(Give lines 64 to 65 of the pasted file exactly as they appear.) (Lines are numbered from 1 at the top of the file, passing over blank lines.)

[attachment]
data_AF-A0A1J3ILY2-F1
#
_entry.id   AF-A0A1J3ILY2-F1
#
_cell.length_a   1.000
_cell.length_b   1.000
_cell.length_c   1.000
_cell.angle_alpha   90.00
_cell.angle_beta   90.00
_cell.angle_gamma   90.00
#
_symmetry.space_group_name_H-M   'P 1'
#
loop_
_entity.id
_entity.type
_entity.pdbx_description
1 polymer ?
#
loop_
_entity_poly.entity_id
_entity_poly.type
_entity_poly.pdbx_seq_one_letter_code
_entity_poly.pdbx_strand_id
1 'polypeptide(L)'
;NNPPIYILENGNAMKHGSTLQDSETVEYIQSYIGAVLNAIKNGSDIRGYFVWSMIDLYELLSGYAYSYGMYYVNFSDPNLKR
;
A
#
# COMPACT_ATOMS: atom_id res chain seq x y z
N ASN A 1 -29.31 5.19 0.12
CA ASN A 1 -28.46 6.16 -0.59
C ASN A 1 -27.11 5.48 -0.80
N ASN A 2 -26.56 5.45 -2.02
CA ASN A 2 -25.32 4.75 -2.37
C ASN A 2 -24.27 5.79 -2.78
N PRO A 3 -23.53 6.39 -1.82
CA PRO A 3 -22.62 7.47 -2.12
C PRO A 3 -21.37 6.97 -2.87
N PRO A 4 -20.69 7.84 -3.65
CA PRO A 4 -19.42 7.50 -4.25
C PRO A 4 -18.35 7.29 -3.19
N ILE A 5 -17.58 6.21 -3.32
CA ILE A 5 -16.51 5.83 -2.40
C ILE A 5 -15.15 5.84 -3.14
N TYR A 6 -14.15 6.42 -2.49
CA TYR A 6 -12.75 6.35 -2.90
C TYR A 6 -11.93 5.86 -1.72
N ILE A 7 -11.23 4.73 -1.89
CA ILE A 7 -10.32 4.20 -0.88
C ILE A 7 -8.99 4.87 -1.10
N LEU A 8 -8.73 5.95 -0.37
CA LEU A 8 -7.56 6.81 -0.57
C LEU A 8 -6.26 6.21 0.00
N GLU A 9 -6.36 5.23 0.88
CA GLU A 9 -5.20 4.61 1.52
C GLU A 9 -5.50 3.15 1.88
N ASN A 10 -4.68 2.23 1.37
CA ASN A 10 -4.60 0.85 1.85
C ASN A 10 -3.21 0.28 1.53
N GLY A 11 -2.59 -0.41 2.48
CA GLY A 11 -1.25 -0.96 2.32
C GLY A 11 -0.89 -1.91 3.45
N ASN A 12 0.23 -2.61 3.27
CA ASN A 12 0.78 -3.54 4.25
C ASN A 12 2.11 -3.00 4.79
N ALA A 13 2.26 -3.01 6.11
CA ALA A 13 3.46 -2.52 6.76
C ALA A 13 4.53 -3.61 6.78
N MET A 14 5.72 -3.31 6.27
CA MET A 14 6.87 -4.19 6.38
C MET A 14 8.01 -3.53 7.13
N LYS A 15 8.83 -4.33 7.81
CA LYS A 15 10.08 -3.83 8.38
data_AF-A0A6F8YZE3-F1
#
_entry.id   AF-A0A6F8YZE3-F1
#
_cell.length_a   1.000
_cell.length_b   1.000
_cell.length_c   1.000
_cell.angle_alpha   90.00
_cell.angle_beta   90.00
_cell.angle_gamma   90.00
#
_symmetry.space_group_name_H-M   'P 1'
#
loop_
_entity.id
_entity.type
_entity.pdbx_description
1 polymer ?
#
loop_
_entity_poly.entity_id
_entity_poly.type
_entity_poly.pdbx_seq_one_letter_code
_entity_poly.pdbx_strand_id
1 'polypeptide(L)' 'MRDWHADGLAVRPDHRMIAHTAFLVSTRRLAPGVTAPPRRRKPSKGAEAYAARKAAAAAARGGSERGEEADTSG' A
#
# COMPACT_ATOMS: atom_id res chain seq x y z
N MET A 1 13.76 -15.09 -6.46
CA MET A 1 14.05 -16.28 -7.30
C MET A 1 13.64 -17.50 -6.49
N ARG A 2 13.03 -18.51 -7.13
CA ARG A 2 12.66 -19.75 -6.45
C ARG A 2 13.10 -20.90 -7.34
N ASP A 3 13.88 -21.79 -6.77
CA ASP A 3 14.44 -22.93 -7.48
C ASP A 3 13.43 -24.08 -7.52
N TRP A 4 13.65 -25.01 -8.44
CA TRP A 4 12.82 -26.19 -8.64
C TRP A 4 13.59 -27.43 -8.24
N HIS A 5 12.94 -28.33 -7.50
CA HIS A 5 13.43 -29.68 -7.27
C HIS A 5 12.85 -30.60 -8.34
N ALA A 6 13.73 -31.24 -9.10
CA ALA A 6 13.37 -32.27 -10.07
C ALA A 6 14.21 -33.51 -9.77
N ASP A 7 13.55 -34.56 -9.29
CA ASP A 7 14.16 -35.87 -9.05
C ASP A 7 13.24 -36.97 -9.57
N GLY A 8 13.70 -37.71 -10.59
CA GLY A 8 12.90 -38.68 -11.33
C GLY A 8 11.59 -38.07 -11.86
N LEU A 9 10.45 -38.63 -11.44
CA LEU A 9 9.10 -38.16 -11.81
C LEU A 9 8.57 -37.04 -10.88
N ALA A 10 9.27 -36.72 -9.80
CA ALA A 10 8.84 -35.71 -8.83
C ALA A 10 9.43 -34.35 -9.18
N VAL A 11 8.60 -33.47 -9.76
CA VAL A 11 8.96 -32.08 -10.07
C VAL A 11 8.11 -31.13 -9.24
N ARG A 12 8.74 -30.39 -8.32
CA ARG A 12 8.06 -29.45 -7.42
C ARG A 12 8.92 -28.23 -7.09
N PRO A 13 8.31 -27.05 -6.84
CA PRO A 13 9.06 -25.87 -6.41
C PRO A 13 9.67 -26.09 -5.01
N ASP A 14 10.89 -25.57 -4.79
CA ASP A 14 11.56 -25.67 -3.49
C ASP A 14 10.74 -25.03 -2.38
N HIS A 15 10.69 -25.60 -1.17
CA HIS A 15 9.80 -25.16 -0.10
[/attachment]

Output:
N ASN A 12 0.23 -2.61 3.27
CA ASN A 12 0.78 -3.54 4.25